Optimism rises among Canadian IT workers … pay raises likely for some

While hiring at many Canadian firms will be slow this summer, industry insiders say IT personnel in certain positions are likely to get pay raises. They include application developers, database managers and top tech support personnel.

“Canadian employers are indicating they will expand their payroll but at a weaker pace than in the previous quarter,” reports Lori Rogers, vice-president, staffing services at Manpower Canada.

A Manpower Employment Outlook survey of 1,900 Canadian employers indicates hiring will remain “mild” from July to September.Just 16 per cent of respondents plan on increasing payroll in the third quarter of 2009.

Seventy per cent of employers say they will maintain their current workforce, 11 per cent anticipate hiring cutbacks, and three per cent remain unsure of their hiring intentions for the coming quarter.

The Net Employment Outlook is a “subdued” decline of minus three per cent for the third quarter of 2009, compared to the one per cent decline recorded in the previous three months. While that’s not exactly great news, the numbers don’t bode badly for a sector hoping for an early recovery, industry insiders say.

The hiring environment in Canada isn’t as dismal as was earlier expected, according to Rod Miller, regional vice-president at staffing firm Robert Half Technology in Calgary. “I see a lot of optimism in the IT sector.”

Overall companies aren’t reducing IT staff as much as they are hiring, he said. The findings of Robert Half’s poll of more than 270 Canadian CIOs correspond closely with those of the Manpower survey.

Robert Half asked the CIOs about their hiring intentions for the second quarter of the year.

Twelve per cent are planning to add IT staff and about 78 per cent plan on keeping existing personnel, Miller noted. A mere three per cent or so are planning staff cuts , while the rest are still unsure.

The Robert Half Technology IT Hiring Index and Skills Report estimated the net hiring increase for the second quarter of 2009 at 11 per cent, compared to 13 per cent for the previous quarter.

The top three reasons given by CIOs for hiring are: high or increased IT workloads, routine hiring and corporate growth. Key reasons cited for staff reductions were: company-wide layoffs and the slumping economy.

Where to find jobs

The hiring climate in Atlantic Canada and Quebec are ahead of the national forecast, according to Rogers of Manpower.

The Manpower survey indicates that Atlantic Canada has the most favourable net employment outlook of 18 per cent, while for Quebec employers it’s 10 per cent, for the third quarter. In Ontario, net employment outlook is a modest four per cent, while in Western Canada its estimated to be around three per cent.

Skills in demand

Many Canadian companies are hesitant to add IT staff until they’re more certain about the timing of an economic recovery,” according to Sandra Lavoy, vice-president for Robert Half.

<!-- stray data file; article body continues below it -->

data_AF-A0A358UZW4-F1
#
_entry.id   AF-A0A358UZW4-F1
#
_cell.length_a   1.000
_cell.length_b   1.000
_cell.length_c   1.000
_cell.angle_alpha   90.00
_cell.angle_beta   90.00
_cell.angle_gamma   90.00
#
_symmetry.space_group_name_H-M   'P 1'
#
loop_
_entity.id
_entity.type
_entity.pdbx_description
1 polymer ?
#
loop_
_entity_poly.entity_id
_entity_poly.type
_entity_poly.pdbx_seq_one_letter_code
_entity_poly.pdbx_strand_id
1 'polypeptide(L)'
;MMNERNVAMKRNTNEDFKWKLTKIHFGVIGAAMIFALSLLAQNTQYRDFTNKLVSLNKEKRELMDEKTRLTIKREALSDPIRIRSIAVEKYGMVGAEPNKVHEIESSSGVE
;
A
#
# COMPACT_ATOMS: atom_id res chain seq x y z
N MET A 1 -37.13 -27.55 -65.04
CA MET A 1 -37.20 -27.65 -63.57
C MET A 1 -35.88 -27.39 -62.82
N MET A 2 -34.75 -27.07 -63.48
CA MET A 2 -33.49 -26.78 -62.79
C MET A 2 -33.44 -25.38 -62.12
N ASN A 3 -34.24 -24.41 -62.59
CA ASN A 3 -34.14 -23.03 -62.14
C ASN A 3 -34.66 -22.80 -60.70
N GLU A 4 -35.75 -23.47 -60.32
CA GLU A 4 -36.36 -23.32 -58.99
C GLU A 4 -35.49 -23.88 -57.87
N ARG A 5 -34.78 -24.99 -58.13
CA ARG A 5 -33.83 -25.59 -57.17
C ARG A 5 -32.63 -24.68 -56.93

She said managers are watching budgets closely.Lavoy said skills in Windows Administration for server 2000 and 2003 are highly sought in many IT departments and networking is a job category now enjoying growth.

Of CIO’s polled by Robert Half: 60 per cent were looking for Windows administrators; 56 per cent sought network administrators skilled in Cisco and Nortel systems; and 58 per cent needed desktop support personnel and database managers with experience in Oracle, SQL Server and DB2. (The survey allowed for multiple responses). Here are nine most sought-after IT skills for 2009.

What employers will pay

A smaller pool of highly-skilled candidates for tech positions, coupled with fewer college graduates in IT-related studies make it difficult for employers to hire and retain people,” according to Rogers of Manpower.Rogers said IT salaries are expected to increase by 4.3 per cent by next year. Find out what your skills are worth with the Computerworld Salary Calculator 

Rogers said the following are top 3 IT positions currently in demand and their corresponding salary ranges:

Application Architect/Developer – Companies will continue to invest in a wide range of key applications that will provide them with a competitive business edge. Application architects can expect to see starting salary ranges from $83,250 to $107, 750 by next year.

Database manager- Interoperable database systems, now deployed in many businesses, are responsible for placing at a premium IT professionals who can manage efficiently these systems. The salary range for dataset managers is expected to reach $81,000 to $116,000.

Technical support – As companies implement a wider range of technologies, the role of the IT support professional has gained importance. Base compensation for Tier 2 help desk professionals is projected to range from $41,250 to $53,750.

Check out the Top IT skills that could get you more money in a recession

Job hunt tools

IT specialists depend a great deal on personal contacts and are increasingly using Internet-based tools to land preferred IT, positions, according to Gabriel Bouchard, president of online career service site Workopolis.com.

Workopolis recently launched NicheNetwork, a specialized association and job board network that will help employers reduce the time they spend tracking down desirable candidates on job boards.

The online tool has a search and match feature that enables employers to set specific criteria regarding job skills and experiences they need. The tool has a filter that automatically ranks applicants based on posted criteria.

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Jim Love, Chief Content Officer, IT World Canada

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